In the mid-eighteenth century (Qianlong-era), following the Qing conquest of what is now the Xinjiang Uyghur Autonomous Region, a new community of Muslims came into being in the Inner City of Beijing, residing around a mosque close to the Forbidden City. Like other representatives of newly-incorporated subject populations in the capital, these Muslims became members of the Qing banner system. At the same time, they kept up contact with Xinjiang, and served as intermediaries between Islamic Inner Asia and the court.
This talk examines the religious life of this community, and the place of Islam in the high Qing vision of universal emperorship.
Dr David Brophy studies the social and political history of China’s northwest, particularly the Xinjiang Uyghur Autonomous Region, and its connections with the Islamic and Russian/Soviet worlds. His first book, Uyghur Nation (2016), is on the politics of Uyghur nationalism between China and the Soviet Union in the early twentieth century. He currently holds an ARC Discovery Early Career Research Fellowship, for a project entitled ‘Empire and Religion in Early Modern Inner Asia’, in which he is exploring Inner Asian perspectives on the rise of the Qing in the 17th-18th centuries.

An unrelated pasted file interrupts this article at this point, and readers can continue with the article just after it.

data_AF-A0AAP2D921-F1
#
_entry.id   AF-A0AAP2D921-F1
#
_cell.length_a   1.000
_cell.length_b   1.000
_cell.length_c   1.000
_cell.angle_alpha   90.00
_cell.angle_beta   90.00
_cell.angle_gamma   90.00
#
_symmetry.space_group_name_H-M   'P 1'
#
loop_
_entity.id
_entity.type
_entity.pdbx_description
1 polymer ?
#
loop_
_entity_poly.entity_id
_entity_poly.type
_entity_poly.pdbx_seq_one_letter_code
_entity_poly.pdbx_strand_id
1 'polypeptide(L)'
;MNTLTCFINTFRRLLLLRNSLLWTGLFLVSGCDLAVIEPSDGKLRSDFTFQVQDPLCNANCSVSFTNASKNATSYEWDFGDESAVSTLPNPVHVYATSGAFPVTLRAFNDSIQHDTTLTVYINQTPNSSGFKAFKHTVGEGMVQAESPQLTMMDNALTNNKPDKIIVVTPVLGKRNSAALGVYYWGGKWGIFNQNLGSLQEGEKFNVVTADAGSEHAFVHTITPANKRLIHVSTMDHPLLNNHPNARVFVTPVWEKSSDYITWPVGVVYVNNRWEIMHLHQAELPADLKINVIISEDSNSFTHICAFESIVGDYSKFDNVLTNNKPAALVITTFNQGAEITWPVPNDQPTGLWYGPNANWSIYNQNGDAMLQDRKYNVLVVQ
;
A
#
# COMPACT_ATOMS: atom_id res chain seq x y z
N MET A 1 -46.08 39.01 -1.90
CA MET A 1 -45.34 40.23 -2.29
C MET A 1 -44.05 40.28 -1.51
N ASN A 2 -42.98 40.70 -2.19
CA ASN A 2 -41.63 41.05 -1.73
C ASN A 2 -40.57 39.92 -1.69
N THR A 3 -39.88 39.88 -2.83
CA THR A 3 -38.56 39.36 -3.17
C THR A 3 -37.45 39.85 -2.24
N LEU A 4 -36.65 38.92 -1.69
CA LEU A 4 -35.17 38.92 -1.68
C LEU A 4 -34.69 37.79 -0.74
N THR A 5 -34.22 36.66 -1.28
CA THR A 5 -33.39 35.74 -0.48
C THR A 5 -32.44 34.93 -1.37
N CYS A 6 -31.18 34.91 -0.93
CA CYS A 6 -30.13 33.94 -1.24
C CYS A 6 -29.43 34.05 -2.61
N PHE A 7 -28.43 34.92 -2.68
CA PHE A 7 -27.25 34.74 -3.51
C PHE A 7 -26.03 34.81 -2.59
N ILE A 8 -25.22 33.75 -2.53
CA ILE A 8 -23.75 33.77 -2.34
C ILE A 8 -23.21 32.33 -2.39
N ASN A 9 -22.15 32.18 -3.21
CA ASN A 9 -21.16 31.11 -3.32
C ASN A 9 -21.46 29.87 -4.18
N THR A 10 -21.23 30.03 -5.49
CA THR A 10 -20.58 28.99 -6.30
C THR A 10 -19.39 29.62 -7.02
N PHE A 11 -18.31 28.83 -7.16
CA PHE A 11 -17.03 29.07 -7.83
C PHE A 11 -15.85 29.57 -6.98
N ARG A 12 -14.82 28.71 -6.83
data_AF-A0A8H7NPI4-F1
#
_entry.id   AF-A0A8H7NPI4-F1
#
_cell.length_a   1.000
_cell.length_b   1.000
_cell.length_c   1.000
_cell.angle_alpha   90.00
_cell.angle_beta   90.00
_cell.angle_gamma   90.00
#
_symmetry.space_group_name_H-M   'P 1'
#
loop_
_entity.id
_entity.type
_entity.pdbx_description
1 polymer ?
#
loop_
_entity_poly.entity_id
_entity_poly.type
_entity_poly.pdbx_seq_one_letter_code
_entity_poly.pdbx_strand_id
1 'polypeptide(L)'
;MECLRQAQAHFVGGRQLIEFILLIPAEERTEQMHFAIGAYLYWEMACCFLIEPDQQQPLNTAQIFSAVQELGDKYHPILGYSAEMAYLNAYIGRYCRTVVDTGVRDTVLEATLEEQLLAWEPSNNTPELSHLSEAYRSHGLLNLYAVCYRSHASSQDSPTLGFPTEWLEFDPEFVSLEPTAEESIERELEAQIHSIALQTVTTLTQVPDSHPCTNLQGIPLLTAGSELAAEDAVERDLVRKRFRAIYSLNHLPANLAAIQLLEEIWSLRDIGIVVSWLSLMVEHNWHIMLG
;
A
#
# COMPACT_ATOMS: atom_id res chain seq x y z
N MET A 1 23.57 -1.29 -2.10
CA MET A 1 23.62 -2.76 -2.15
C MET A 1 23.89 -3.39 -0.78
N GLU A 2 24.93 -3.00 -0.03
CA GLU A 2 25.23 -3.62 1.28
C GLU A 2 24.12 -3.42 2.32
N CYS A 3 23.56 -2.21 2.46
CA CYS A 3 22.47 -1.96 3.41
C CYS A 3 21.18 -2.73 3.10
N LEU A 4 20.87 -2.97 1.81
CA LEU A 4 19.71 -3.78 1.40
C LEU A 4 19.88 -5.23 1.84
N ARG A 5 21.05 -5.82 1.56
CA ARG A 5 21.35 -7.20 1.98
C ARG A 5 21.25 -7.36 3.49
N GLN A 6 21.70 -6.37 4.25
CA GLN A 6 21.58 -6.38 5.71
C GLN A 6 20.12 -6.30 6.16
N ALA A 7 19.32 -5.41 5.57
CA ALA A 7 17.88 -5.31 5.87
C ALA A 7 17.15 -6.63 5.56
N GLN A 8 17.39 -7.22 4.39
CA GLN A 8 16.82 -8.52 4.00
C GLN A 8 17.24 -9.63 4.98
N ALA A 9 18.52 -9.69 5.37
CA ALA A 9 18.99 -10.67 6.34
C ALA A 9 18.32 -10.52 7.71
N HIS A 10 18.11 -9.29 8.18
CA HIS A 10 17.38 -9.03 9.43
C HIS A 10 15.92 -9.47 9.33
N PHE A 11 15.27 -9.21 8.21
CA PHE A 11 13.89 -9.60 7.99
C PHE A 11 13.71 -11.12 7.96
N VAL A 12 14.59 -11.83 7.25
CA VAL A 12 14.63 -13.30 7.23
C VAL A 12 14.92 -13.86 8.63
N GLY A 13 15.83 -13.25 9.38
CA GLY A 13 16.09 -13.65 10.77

This event is part of the lecture series ‘Borderlands in Chinese History and Archaeology’, co-presented throughout 2019 by the Department of History and the China Studies Centre at the University of Sydney.
Parramatta and City Roads, Camperdown